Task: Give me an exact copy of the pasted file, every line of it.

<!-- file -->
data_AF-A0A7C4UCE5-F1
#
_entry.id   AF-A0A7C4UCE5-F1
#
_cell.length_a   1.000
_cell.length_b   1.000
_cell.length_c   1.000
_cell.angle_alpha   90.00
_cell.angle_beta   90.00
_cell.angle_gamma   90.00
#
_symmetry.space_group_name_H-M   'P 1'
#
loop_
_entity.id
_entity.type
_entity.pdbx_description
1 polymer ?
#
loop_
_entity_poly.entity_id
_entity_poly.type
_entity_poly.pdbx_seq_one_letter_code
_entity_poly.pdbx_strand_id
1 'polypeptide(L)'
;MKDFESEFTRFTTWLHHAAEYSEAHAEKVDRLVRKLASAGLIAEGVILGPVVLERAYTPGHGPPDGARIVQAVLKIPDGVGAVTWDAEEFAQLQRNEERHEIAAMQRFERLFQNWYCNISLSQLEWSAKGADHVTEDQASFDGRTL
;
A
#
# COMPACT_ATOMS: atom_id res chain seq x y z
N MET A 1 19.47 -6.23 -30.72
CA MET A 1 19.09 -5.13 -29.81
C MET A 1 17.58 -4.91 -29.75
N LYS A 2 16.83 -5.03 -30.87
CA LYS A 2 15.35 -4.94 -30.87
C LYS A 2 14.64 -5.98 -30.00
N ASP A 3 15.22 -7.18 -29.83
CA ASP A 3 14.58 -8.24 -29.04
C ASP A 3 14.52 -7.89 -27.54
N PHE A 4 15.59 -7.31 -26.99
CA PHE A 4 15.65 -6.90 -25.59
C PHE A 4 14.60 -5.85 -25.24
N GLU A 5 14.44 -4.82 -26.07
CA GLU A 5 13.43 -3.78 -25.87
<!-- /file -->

data_AF-A0A7C4UCE5-F1
#
_entry.id   AF-A0A7C4UCE5-F1
#
_cell.length_a   1.000
_cell.length_b   1.000
_cell.length_c   1.000
_cell.angle_alpha   90.00
_cell.angle_beta   90.00
_cell.angle_gamma   90.00
#
_symmetry.space_group_name_H-M   'P 1'
#
loop_
_entity.id
_entity.type
_entity.pdbx_description
1 polymer ?
#
loop_
_entity_poly.entity_id
_entity_poly.type
_entity_poly.pdbx_seq_one_letter_code
_entity_poly.pdbx_strand_id
1 'polypeptide(L)'
;MKDFESEFTRFTTWLHHAAEYSEAHAEKVDRLVRKLASAGLIAEGVILGPVVLERAYTPGHGPPDGARIVQAVLKIPDGVGAVTWDAEEFAQLQRNEERHEIAAMQRFERLFQNWYCNISLSQLEWSAKGADHVTEDQASFDGRTL
;
A
#
# COMPACT_ATOMS: atom_id res chain seq x y z
N MET A 1 19.47 -6.23 -30.72
CA MET A 1 19.09 -5.13 -29.81
C MET A 1 17.58 -4.91 -29.75
N LYS A 2 16.83 -5.03 -30.87
CA LYS A 2 15.35 -4.94 -30.87
C LYS A 2 14.64 -5.98 -30.00
N ASP A 3 15.22 -7.18 -29.83
CA ASP A 3 14.58 -8.24 -29.04
C ASP A 3 14.52 -7.89 -27.54
N PHE A 4 15.59 -7.31 -26.99
CA PHE A 4 15.65 -6.90 -25.59
C PHE A 4 14.60 -5.85 -25.24
N GLU A 5 14.44 -4.82 -26.07
CA GLU A 5 13.43 -3.78 -25.87